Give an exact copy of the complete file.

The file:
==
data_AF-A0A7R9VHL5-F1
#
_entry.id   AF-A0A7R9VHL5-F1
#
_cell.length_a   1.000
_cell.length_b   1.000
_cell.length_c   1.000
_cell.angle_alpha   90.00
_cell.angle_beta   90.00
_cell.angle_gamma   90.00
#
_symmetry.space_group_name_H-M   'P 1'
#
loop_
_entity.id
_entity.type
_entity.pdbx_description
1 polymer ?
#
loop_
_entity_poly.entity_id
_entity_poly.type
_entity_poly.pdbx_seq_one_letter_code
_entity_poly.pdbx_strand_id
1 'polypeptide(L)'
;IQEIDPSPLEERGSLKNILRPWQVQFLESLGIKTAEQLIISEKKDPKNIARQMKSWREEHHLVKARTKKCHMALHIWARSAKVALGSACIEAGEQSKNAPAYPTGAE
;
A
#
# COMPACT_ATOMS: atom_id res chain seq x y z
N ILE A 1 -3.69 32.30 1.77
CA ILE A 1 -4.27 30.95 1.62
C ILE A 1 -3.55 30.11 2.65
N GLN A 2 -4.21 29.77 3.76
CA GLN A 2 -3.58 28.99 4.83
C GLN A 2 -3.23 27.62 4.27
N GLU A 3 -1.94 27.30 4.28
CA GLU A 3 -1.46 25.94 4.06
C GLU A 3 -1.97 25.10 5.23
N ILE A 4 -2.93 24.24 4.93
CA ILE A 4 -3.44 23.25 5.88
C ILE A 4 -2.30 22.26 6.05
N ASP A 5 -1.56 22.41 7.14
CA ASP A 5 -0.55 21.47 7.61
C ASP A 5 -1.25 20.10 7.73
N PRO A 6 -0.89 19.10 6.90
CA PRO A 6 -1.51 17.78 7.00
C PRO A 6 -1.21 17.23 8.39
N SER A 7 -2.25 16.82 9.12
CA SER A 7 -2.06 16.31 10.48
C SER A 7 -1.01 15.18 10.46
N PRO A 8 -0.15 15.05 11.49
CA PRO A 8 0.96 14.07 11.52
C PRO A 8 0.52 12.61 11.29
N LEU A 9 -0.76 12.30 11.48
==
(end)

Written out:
data_AF-A0A7R9VHL5-F1
#
_entry.id   AF-A0A7R9VHL5-F1
#
_cell.length_a   1.000
_cell.length_b   1.000
_cell.length_c   1.000
_cell.angle_alpha   90.00
_cell.angle_beta   90.00
_cell.angle_gamma   90.00
#
_symmetry.space_group_name_H-M   'P 1'
#
loop_
_entity.id
_entity.type
_entity.pdbx_description
1 polymer ?
#
loop_
_entity_poly.entity_id
_entity_poly.type
_entity_poly.pdbx_seq_one_letter_code
_entity_poly.pdbx_strand_id
1 'polypeptide(L)'
;IQEIDPSPLEERGSLKNILRPWQVQFLESLGIKTAEQLIISEKKDPKNIARQMKSWREEHHLVKARTKKCHMALHIWARSAKVALGSACIEAGEQSKNAPAYPTGAE
;
A
#
# COMPACT_ATOMS: atom_id res chain seq x y z
N ILE A 1 -3.69 32.30 1.77
CA ILE A 1 -4.27 30.95 1.62
C ILE A 1 -3.55 30.11 2.65
N GLN A 2 -4.21 29.77 3.76
CA GLN A 2 -3.58 28.99 4.83
C GLN A 2 -3.23 27.62 4.27
N GLU A 3 -1.94 27.30 4.28
CA GLU A 3 -1.46 25.94 4.06
C GLU A 3 -1.97 25.10 5.23
N ILE A 4 -2.93 24.24 4.93
CA ILE A 4 -3.44 23.25 5.88
C ILE A 4 -2.30 22.26 6.05
N ASP A 5 -1.56 22.41 7.14
CA ASP A 5 -0.55 21.47 7.61
C ASP A 5 -1.25 20.10 7.73
N PRO A 6 -0.89 19.10 6.90
CA PRO A 6 -1.51 17.78 7.00
C PRO A 6 -1.21 17.23 8.39
N SER A 7 -2.25 16.82 9.12
CA SER A 7 -2.06 16.31 10.48
C SER A 7 -1.01 15.18 10.46
N PRO A 8 -0.15 15.05 11.49
CA PRO A 8 0.96 14.07 11.52
C PRO A 8 0.52 12.61 11.29
N LEU A 9 -0.76 12.30 11.48